Nov. 19 Sister Thea Bowman
Did you know that a little Methodist girl born, Bertha Bowman, in Yazoo City, Mississippi, grew up to be a renowned Roman Catholic nun, teacher and scholar?
Sr. Thea Bowman became Catholic when she was nine years old. She later went to college and then became the first African American to join the Franciscan Sisters of Perpetual Adoration in Wis. After 16 years of teaching at the elementary, secondary and college levels, Sr. Thea Bowman was invited to be a special consultant for the Catholic Church. She gave presentations around the country aimed at bridging racial and cultural divisions. She combined her gifts of singing and gospel preaching, with prayers and storytelling. Sr. Thea Bowman was diagnosed with bone cancer in 1984. Yet, she continued her fight against the evils that drive people apart, from her wheel chair, until her death at age 53 in 1990. Sr. Thea Bowman said she prayed “to live until I die – to live fully.” And that she did.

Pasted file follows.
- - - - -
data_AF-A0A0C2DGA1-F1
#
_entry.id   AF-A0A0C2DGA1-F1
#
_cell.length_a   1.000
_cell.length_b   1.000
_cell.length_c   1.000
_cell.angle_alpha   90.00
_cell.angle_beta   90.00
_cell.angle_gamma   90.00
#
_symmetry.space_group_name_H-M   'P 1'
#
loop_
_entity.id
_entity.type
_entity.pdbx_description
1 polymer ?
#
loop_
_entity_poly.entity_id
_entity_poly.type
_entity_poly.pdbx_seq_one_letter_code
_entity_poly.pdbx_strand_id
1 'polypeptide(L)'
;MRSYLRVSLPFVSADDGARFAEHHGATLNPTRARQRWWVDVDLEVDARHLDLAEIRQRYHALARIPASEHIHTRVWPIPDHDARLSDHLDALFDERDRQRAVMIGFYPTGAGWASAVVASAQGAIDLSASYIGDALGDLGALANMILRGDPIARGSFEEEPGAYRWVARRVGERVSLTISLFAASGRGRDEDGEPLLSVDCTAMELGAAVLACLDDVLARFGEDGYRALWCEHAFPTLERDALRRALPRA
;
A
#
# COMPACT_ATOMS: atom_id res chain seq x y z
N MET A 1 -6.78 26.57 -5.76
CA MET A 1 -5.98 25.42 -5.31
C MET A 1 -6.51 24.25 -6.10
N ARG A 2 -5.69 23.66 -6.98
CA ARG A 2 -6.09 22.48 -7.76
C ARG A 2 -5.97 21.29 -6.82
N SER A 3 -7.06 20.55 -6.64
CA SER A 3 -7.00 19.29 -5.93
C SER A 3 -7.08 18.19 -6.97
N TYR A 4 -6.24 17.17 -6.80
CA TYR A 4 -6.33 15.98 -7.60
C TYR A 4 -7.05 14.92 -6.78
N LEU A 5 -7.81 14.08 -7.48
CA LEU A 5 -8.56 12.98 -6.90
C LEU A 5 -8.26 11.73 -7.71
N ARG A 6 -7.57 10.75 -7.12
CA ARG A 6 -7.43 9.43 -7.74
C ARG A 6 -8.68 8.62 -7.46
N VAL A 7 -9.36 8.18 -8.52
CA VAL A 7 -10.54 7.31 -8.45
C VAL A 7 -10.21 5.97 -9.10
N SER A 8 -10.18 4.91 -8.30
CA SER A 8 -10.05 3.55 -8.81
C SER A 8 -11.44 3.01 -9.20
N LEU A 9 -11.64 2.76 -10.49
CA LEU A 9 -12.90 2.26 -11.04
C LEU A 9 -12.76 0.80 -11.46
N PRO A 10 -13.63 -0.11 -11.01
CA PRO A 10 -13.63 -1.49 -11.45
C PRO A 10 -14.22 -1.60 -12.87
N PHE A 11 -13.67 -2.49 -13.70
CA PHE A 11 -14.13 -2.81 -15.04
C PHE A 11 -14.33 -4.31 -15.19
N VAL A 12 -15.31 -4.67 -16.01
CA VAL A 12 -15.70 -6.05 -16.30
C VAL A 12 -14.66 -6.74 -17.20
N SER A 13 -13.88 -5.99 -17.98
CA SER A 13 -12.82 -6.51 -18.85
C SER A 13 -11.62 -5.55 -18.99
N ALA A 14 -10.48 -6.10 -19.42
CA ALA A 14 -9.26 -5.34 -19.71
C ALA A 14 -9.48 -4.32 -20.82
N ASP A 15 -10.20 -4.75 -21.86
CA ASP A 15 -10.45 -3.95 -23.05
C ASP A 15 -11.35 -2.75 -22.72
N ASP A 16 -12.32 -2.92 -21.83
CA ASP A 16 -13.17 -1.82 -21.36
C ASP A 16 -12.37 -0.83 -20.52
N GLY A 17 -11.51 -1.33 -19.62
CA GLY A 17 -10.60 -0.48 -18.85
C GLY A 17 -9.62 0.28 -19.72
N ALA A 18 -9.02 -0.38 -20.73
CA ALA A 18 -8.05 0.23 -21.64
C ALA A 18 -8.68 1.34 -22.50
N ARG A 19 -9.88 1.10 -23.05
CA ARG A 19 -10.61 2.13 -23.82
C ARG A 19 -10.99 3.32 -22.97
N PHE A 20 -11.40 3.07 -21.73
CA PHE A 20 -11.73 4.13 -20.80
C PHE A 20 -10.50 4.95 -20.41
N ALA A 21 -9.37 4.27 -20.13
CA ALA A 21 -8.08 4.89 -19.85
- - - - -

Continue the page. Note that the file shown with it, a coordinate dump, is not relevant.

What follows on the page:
This is copyrighted material, used with the permission of the Archdiocese of Washington, Office of Black Catholics
More about Black Catholic history
We say: Charlottesville reveals the weeping wound of racism. What do we, the American Catholic faith community, do next? Read the editorial.
Blacks in Catholic Christianity have a long and vibrant history.
Much of that history is generally unknown to Black Catholics as well as to the rest of the faithful. On July 24, 1990, the National Black Catholic Clergy Caucus of the United States designated November as Black Catholic History Month to celebrate this long history and proud heritage of Black Catholics. During this month we celebrate the presence of our ancestors who kept the faith and are models of living the Gospel life.
Sign up for our daily Black Catholic Saints email during the month of November to learn more about these holy men and women.